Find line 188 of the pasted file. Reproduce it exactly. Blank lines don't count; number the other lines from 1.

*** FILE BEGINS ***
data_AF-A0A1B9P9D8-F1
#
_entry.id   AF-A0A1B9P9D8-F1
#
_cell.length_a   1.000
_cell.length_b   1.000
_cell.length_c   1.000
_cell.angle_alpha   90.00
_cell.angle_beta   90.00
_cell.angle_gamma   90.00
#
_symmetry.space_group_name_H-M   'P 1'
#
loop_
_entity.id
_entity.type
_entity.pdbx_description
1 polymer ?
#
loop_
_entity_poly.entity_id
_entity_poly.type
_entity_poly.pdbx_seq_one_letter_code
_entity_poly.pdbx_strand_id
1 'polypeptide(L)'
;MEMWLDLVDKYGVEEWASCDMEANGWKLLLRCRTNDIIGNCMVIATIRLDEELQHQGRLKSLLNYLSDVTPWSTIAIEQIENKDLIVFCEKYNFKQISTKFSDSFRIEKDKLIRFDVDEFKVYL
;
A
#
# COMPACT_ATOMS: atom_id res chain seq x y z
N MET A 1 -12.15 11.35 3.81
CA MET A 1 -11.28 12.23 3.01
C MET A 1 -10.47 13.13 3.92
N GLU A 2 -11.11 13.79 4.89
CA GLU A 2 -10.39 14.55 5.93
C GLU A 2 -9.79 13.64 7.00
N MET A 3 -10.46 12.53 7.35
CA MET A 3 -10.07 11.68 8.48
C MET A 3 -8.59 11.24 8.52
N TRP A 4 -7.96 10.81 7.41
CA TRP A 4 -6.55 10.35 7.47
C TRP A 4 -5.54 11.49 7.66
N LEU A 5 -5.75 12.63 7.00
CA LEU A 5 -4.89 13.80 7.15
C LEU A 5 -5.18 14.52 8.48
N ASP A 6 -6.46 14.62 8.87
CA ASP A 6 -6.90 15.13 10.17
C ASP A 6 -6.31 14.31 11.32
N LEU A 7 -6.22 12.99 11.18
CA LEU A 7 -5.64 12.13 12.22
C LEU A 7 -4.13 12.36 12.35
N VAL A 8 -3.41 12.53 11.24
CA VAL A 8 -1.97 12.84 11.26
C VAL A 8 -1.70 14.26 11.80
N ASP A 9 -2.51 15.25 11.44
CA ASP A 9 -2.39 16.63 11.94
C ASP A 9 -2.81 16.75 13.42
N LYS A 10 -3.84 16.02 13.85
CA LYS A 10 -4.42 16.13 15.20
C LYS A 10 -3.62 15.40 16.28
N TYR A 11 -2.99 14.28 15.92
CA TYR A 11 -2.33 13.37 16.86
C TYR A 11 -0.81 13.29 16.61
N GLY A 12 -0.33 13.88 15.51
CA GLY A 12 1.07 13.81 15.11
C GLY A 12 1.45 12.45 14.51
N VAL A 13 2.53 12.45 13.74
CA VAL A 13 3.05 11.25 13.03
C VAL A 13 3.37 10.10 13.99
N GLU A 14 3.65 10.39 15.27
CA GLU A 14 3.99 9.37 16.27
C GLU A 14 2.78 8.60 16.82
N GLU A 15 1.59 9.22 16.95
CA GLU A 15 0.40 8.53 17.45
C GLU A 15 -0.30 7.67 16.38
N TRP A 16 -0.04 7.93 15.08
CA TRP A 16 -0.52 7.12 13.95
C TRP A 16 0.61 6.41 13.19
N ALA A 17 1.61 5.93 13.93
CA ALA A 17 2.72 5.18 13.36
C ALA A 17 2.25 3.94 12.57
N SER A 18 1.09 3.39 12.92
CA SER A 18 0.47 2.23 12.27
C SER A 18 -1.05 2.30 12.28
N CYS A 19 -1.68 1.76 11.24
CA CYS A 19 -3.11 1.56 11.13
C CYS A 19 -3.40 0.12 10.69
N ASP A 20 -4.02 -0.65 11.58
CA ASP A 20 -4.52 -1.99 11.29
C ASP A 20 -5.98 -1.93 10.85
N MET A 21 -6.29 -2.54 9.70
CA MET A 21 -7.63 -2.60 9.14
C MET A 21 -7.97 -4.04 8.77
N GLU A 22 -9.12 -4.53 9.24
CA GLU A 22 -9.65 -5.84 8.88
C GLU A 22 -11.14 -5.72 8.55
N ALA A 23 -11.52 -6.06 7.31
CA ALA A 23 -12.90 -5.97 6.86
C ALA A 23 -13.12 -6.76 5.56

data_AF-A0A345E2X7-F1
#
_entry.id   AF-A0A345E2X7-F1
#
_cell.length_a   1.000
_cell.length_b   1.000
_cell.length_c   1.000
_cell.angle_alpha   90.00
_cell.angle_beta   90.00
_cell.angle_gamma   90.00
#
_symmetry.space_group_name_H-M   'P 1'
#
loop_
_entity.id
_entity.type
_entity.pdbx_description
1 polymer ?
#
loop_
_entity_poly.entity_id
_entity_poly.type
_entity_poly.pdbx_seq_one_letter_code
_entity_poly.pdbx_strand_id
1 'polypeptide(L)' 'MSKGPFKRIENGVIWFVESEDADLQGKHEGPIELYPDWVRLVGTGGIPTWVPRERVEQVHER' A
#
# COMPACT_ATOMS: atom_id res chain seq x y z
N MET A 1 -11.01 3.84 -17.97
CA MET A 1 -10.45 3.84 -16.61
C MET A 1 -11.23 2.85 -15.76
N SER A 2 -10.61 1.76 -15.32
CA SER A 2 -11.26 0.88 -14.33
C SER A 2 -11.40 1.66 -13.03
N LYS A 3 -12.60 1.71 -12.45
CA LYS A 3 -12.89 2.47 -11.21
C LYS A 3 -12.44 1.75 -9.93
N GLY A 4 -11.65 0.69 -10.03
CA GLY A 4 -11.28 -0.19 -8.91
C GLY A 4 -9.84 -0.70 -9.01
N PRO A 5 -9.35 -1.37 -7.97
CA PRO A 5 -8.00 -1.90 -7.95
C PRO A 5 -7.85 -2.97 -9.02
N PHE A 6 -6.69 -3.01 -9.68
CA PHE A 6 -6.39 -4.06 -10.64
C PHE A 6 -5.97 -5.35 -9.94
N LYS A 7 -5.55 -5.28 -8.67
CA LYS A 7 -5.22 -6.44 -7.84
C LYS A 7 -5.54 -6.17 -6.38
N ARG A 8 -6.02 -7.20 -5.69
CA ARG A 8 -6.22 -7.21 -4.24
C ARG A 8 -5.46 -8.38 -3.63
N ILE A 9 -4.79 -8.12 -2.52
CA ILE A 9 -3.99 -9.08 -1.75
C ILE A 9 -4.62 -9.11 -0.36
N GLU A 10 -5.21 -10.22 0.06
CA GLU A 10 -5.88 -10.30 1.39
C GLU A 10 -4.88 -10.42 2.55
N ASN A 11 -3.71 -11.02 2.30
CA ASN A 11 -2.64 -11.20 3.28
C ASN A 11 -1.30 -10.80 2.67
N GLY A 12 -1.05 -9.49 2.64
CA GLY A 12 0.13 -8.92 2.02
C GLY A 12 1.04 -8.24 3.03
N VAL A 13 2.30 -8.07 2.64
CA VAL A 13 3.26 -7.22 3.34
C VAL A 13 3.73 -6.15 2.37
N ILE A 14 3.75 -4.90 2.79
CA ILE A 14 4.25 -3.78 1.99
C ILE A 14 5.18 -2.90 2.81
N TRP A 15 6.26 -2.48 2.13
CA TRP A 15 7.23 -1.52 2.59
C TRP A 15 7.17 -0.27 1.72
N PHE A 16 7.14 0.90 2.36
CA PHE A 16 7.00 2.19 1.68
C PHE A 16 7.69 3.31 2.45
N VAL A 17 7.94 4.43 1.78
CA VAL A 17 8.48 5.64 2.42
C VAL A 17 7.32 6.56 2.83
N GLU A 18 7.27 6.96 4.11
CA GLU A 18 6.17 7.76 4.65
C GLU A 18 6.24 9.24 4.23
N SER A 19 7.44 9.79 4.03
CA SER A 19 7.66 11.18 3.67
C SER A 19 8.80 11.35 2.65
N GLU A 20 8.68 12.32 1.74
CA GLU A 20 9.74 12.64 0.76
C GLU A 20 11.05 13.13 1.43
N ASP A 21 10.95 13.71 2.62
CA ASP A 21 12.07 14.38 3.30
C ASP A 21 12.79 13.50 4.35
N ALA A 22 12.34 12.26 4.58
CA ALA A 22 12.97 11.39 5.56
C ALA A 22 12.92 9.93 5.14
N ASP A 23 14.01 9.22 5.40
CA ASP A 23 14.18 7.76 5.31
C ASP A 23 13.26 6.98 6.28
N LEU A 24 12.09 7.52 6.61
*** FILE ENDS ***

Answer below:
CA ASP A 21 12.07 14.38 3.30